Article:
Exclusive: Director Richard Donner Talks SUPERMAN and SUPERMAN II; Plus an Update on DAVE and the GOONIES Musical on Broadway

With Warner Bros. releasing Superman: The Motion Picture Anthology (1978-2006) on Blu-ray next week, earlier today I got to sit down with director Richard Donner to talk about the first two Superman movies.  While the last decade has seen some exceptional comic book adaptations, Donner’s Superman is still one of my favorite films and it’s definitely one of the best comic book movies ever made.  Even though it’s thirty something years old, the original Supermanwas the first time I believed a man could fly, and it’s a benchmark that every studio should look to when trying to bring a comic book to life.
Even though I could’ve talked to Donner for hours about what it was like to make the “Man of Steel’s” first two movies, with only ten minutes, I had to limit my questions.  We talked about how Superman and Lois got back to civilization after he lost his powers in Superman II, when he first knew they could make people believe a man could fly, his reaction to being asked to complete his version of Superman II, and what’s up with the Goonies musical and Dave on Broadway.  If you’re a fan of the first two Superman movies, I promise you’ll enjoy this interview.
Superman The Motion Picture Anthology (1978-2006) Blu-rayAnd one last thing before the interview…I checked out the new Blu-ray box set and it’samazing.  It’s absolutely loaded with some great behind the scenes footage, awesome extras, and extended and different versions of the films.  Absolutely recommended.  The list of everything included in the set is at the bottom of the article.
Richard Donner Time Index
  • :12 – When Superman loses his powers in Superman II, how do he and Lois get back to civilization? He says it happens during the dissolve.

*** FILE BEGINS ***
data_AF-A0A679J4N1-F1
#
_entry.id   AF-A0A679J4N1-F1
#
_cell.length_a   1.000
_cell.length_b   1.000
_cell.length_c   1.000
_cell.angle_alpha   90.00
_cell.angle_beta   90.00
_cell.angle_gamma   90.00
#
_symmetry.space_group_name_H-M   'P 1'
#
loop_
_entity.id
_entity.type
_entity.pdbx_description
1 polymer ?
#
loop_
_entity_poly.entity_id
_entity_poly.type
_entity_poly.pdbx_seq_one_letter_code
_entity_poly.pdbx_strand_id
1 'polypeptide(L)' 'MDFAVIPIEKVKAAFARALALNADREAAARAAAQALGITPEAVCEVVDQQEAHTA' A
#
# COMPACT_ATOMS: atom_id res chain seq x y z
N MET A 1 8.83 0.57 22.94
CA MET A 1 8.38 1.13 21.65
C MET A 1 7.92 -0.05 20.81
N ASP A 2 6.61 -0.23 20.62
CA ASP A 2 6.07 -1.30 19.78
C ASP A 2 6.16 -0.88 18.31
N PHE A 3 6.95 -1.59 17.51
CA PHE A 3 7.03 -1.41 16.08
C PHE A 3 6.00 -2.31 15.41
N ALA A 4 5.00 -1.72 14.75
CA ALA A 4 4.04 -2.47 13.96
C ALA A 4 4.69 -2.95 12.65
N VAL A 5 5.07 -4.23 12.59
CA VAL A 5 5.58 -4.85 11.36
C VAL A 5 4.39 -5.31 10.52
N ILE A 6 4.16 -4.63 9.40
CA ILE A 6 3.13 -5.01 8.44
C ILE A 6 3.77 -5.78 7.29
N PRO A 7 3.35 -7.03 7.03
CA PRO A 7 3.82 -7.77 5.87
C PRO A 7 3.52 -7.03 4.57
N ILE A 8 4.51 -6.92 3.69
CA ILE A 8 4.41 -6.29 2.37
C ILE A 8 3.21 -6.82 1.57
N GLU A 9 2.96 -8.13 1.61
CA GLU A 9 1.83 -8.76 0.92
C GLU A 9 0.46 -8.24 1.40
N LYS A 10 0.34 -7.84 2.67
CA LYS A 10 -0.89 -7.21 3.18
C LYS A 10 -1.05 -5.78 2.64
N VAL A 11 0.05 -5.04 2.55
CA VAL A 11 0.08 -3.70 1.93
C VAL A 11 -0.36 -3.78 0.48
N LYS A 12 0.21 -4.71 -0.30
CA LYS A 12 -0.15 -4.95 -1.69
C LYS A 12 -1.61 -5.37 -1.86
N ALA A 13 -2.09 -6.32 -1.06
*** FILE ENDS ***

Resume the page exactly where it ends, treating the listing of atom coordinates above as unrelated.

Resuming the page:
• 1:40 – When rewatching the film, does he see issues in it or is he able to watch it as “the great first film.” Says he doesn’t see issues in the movie anymore. He would still like to re-shoot it. The production was under tremendous duress, it was a rushed production and he was awestruck by Marlon Brando and Gene Hackman. He doesn’t see the problems when re-watching, but he thinks “I wish I would’ve done this.”
  • 3:28 – Talks briefly about CGI use today.
  • 3:48 – Talks about first seeing the footage of Reeve flying and thinking “this will work.” When he first came in, they told him they had the flying figured out and they showed him a person on a board with wires. A flying unit was on board for a year before they filmed the first flying shot. Talks about shooting his first flying test using camera and rear projector tricks. One day the crew brought him down to the Fortress of Solitude set to show him a demonstration of Reeve flying across the set with wires, and he remembers Reeve flying towards the camera and banking. After that, he said they all knew they had it.
  • 7:23 – His reaction to hearing they had found all of his footage that he shot for Superman II. After they made the film with his replacement, they showed it to him and asked if he wanted to have his name on it. He declined, because he felt it had become a parody. After the fan-outcry of people wanting to see Donner’s cut of the film, they pressured the studio to release the footage and let him put it together. They dug up a lot of footage, but a lot of his scenes were never shot. They only exist on screen tests, so they cut together screen tests and put them in his cut of the film.
  • 9:41 – He talks about the Goonies musical and Dave on Broadway. “Dave is really moving fast. We were in there, Lauren and I, and she heard some of the music and the book and it’s sensational. And Goonies is moving at the beginning stages, like a year before Dave. We’re getting good outlines and good story from Tim…oh shit, this is terrible. He’s a wonderful writer. I’d say hopefully we’ll have a good script maybe by the middle of this year, around September or October we’ll have a script that we can go to from there. It’s along process, Broadway, it’s amazing. It’s frightening in a strange way. But we only get great reactions from everybody, everybody wants to see it. It seems like a great idea, and we’ll persevere. A musical of Goonieson Broadway? But it’s gotta be irreverent, and it’s gotta be Goonies. A lot of people are pushing, ‘Oh rewrite it, do it for adults,’ I said, ‘No adults go to see Goonies, but it’s gotta be…’ Anyway, it’s a bitch (laughs).”